Evidence that a motor bus, passing a street car on the right at a speed of thirty to thirty-five miles per hour, "squeezed in tight" between the car and the curb and hit something on the right, causing a passenger on the front seat to be thrown forward and to come in contact with some hard object whereby he suffered lacerations, a broken frontal bone and concussion, warranted a finding that negligence of the bus operator caused such injuries.
TWO ACTIONS OF TORT. Writs in the First District Court of Northern Worcester dated July 20, 1937.
On removal to the Superior Court, the actions were tried together before Goldberg, J., and a verdict was returned for the plaintiff in each action in the sum of $3,500.
B. C. Tashjian, for the defendants.
W. M. Quade, for the plaintiff.
DOLAN, J. These are two actions of tort brought by the same plaintiff to recover compensation for personal injuries. The defendants in the first case were owners as copartners of the motor bus in which the plaintiff was a passenger at the time of the injuries complained of. The defendant in the second action was the operator of the bus at the time of the accident. He was an employee of the defendants in the first case and was operating the bus within the scope of his employment. The cases were tried to a jury and in each case a verdict was returned for the plaintiff. They now come before us on the defendants' exceptions to the denial of their motions for directed verdicts.
The evidence most favorable to the plaintiff would warrant the jury in finding the following facts: The bus was a large one, capable of carrying thirty passengers. It was viewed by the jury. On its right hand side at the front door there was a "grab iron of brass extending vertically and in from the side of the bus some three or four inches." The plaintiff was seated on the right hand side of the front seat "at the door." Her sister was seated beside her at her left. The seat accommodated two persons. The operator of the bus was stationed in front of them to their left. The bus was proceeding in Worcester, near Lincoln Square, when the accident occurred.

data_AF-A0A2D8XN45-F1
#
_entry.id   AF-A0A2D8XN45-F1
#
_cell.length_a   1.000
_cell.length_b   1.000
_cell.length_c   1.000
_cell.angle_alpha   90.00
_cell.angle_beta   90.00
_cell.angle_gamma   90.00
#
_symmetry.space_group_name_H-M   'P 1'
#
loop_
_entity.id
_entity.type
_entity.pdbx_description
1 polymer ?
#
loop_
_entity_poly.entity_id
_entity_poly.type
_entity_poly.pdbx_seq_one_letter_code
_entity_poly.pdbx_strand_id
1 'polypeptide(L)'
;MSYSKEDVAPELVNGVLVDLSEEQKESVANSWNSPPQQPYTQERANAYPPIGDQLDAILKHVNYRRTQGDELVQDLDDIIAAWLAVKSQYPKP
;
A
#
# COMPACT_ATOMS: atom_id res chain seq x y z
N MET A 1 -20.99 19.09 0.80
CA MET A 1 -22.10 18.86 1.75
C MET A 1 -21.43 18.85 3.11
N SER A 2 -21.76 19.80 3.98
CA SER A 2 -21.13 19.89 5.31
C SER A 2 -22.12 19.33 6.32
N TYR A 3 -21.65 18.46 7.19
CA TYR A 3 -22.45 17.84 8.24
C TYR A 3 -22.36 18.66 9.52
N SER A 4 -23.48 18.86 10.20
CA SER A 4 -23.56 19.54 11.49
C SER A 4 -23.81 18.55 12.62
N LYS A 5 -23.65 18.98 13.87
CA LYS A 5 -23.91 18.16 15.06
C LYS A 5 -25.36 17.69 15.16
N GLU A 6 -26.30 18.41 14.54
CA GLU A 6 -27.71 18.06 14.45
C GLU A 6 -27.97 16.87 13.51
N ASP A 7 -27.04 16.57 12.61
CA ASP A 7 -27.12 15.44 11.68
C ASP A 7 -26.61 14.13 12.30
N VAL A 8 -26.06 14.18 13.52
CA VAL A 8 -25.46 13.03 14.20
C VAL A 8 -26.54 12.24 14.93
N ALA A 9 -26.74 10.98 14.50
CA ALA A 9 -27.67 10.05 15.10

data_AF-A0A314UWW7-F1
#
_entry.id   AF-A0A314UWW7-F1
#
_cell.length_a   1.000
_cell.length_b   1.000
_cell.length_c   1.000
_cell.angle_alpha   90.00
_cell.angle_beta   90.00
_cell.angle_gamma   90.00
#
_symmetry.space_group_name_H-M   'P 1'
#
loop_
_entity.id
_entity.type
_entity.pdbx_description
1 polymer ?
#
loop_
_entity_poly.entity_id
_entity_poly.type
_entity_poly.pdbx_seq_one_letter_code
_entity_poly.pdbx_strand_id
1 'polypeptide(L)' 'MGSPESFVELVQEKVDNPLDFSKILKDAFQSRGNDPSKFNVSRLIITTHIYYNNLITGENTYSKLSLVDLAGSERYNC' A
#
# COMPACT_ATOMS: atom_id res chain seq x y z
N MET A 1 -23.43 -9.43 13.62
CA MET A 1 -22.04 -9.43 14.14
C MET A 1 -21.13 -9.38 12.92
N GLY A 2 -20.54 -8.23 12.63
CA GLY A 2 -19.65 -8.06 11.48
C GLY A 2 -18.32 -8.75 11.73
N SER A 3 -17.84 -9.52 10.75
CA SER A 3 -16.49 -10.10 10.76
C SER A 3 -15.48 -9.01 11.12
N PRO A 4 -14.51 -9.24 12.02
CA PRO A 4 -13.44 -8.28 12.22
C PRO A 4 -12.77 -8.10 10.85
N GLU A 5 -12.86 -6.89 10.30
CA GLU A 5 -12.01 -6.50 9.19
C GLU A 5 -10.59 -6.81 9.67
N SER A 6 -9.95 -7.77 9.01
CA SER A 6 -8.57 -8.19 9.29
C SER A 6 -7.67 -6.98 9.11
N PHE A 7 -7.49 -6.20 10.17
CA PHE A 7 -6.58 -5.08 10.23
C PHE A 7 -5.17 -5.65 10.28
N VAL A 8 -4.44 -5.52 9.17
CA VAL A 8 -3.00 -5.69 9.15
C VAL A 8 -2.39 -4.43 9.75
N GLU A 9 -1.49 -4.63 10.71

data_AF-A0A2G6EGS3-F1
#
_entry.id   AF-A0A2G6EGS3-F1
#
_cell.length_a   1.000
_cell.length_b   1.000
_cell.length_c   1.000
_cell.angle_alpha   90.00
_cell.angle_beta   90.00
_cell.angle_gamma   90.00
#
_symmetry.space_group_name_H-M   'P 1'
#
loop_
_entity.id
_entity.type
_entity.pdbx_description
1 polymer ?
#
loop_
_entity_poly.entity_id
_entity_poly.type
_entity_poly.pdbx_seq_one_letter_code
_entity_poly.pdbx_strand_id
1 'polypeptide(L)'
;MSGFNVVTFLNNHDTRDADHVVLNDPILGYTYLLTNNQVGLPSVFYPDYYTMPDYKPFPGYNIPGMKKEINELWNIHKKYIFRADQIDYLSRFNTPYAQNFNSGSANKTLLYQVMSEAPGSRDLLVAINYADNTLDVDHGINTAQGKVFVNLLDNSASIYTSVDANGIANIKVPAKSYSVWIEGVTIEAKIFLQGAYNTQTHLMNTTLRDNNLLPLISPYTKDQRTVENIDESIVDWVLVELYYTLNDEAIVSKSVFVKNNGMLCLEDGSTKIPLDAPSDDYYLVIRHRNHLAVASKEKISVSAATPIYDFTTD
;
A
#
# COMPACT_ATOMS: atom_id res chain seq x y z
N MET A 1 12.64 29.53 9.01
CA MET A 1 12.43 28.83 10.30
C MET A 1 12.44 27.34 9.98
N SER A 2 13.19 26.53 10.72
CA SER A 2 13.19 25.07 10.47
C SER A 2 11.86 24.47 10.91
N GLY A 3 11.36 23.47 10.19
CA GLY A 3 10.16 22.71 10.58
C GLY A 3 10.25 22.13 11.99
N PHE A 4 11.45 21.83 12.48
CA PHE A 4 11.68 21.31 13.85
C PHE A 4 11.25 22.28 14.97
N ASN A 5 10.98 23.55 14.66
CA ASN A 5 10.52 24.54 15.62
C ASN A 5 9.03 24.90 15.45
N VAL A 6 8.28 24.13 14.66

There was a trolley car in front of the bus. The operator of the bus turned it to the right to pass the car and went between the car and the right hand curb at a speed of thirty to thirty-five miles an hour. The bus "squeezed in . . . tight" going "side by side" with the car and "hit" something on the right. Several of the passengers screamed. A passenger other than the plaintiff "almost fell off her seat."
The plaintiff was thrown forward and her head came in
contact with some hard object. She was then observed "lying back on the seat with blood streaming from her face." As a result of the accident she had a swelling over the left eye which was practically closed; a laceration over the eye and over the forehead; a fracture of the left frontal bone over the left "orbit" and a concussion of the brain. She did not know with what she came in contact.
The operator of the bus heard the "screeching" and stopped the bus seventy-five or eighty feet from the point where he "first heard the screaming." He got out of the bus and ran back seventy-five feet or so. He wanted to determine what had happened. He "couldn't see . . . anything that might cause injury like that with the exception of a telephone pole that stood there."
The defendant contends that the evidence does not warrant a finding of a jar, jerk, jolt or lurch other than such as is usually incident to the operation of motor vehicles of common carriers; that the evidence with relation to the proximity of the bus to the car is not evidence of negligence (asserting that there is no evidence as to the width of the road and the space available on the right side); that the speed of the bus is no evidence of negligence; and that the cause of the plaintiff's injuries is left in the realm of speculation and conjecture.
We are of opinion, however, that the jury would be warranted in finding that the injuries sustained by the plaintiff were not caused by such jars or jolts as are usually incident to the operation of vehicles of common carriers of passengers. They could also find that the space between the car and the curb into which the bus was driven by its operator was so narrow that the "bus" was "squeezed in"; that it was driven into this position at a speed of thirty to thirty-five miles an hour; and that it struck the curb or some other object near the curb, with resultant injuries to the plaintiff.
"The plaintiff . . . [was] not bound to point out the exact way in which the accident occurred nor to exclude the possibility that it might have happened in some other way than that claimed by . . . [her]." McNicholas v.
New England Telephone & Telegraph Co. 196 Mass. 138 , 141. She was only bound to show in evidence a greater likelihood that her injuries "came from an act of negligence for which the . . . [defendants are] responsible, than from a cause for which . . . [they are] not liable." Rocha v. Alber, 302 Mass. 155 , 157-158, and cases cited.
The evidence warranted the submission of the issue of the defendants' negligence to the jury.